In 2003 Fox onsold part of the lease covering what is now known as the Entertainment Quarter. In 2012, this Government passed laws to increase the length of leases for the land from between 20 and 50 years to 99 years. Two years later, the lease was onsold again and the owners are looking to completely commercialise the precinct with office towers and a hotel. Unsolicited proposals should never be permitted on public land dedicated for recreation. Any changes to planning use should go through an open and transparent public tender process that considers community input. Leases of 99 years are essentially freehold ownership and should never be permitted on public recreation land. Leases on such land should be strictly limited to purposes that relate to public recreation objectives.
It is the role of Parliament to approve long leases on public open space to ensure that the public interest is being upheld. The Greater Sydney Parklands Trust Bill must protect the former showground site if it is to be a true advocate for the city's green open space. I foreshadow that I will move a number of amendments to that effect at a later stage. I welcome the bill's move to finally remove cars from Moore Park and I thank the Minister and his office for working with me and the community to accept this requirement in the bill. I acknowledge the hardworking advocates of Moore Park who have been working for this change for decades, including Lord Mayor Clover Moore, Michael Waterhouse and the Saving Moore Park community organisation, and the Centennial Park Residents Association. This outcome will be an important legacy in the bill.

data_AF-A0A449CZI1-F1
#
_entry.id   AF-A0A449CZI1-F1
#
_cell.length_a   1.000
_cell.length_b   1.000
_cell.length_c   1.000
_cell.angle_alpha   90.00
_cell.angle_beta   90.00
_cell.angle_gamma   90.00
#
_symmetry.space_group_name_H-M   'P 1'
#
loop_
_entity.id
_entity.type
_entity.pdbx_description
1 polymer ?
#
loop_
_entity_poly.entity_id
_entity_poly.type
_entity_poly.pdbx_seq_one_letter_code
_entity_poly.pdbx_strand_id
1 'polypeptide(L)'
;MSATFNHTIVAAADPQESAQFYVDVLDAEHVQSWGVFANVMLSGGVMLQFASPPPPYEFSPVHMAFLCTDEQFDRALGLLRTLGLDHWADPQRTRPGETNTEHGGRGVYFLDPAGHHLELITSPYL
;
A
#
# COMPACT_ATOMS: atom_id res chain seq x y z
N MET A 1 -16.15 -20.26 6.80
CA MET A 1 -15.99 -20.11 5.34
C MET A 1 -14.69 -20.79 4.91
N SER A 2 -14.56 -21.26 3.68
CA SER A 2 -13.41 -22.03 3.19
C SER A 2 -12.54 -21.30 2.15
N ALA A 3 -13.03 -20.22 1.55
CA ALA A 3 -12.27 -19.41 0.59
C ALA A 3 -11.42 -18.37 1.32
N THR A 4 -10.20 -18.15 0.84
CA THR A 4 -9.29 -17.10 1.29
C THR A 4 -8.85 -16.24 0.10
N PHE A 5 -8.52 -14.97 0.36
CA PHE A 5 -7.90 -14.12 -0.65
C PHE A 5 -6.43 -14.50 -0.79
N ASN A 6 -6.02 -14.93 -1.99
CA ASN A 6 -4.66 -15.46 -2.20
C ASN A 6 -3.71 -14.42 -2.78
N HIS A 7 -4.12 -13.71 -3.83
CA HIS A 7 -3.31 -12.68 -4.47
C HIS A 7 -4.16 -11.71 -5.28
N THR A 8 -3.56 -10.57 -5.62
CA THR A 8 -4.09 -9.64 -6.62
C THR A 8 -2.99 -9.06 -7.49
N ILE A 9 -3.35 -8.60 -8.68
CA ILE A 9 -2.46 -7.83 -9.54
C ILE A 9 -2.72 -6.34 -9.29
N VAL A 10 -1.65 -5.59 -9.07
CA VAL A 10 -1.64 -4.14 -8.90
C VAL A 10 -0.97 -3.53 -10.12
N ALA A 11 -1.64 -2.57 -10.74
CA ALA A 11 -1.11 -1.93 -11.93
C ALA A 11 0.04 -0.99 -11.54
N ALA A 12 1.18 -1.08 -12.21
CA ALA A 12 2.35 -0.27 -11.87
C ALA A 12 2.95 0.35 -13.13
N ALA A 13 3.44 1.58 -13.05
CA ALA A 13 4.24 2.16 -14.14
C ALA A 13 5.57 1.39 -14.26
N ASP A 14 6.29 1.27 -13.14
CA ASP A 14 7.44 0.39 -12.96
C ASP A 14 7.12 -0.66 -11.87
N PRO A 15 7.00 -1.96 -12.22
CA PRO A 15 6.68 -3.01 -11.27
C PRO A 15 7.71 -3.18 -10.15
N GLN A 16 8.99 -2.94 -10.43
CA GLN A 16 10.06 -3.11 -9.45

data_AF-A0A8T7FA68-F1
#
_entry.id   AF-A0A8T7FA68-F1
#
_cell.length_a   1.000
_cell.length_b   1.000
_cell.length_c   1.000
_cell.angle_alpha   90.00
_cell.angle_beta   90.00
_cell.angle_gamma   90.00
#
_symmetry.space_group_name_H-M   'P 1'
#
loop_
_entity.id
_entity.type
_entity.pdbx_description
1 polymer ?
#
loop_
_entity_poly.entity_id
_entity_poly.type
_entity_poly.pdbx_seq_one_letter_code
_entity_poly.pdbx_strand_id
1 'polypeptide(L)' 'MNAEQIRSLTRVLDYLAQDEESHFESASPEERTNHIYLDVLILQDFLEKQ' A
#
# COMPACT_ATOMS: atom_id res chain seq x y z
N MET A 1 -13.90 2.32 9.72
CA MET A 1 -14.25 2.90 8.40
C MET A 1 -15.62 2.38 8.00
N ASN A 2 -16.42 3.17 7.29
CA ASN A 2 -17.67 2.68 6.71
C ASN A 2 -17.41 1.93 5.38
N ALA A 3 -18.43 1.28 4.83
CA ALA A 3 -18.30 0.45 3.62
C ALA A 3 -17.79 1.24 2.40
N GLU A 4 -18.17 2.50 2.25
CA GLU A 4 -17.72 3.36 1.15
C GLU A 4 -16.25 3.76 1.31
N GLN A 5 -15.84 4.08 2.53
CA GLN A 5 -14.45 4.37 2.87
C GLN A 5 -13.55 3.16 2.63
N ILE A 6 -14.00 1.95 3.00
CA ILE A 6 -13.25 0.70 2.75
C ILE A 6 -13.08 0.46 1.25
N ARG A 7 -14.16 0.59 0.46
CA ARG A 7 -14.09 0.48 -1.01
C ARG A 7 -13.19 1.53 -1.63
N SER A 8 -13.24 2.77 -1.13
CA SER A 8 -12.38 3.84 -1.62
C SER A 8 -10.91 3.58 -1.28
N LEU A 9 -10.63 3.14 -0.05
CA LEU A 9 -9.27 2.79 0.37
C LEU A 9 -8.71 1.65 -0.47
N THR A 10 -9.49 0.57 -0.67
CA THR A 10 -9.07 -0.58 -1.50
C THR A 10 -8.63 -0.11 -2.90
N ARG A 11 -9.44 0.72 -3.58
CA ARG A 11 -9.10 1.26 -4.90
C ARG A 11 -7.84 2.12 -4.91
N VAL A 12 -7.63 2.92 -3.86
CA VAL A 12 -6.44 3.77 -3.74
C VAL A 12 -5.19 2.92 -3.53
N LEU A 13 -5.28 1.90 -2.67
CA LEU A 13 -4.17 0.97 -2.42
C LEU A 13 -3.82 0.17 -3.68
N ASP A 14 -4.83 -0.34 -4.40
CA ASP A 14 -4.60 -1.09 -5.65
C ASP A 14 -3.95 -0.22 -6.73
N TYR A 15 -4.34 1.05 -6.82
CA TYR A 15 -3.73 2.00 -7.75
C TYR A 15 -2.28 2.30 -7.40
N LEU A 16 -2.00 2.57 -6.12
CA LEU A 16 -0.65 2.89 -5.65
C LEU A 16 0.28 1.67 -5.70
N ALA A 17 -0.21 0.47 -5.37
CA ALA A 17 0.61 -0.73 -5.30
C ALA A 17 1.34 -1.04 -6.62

What could be worse than using green open space that had been set aside for the community's recreation needs as a car park? Moore Park provides rare expansive green open space in the inner city, with pockets of wild nature. But event car parking has alienated the parklands from public use for decades and the resultant damage to the grasslands and the inability to landscape the area has further hampered the potential for public use. With events cancelled during the pandemic, the extended removal of cars brought Moore Park back to life for picnickers, dog walkers, joggers and children. Adjacent communities want to use Moore Park for recreation. It should never have been treated as the stadium's car park. The expanding and already massive populations of the adjacent suburb of Green Square make protecting Moore Park even more important.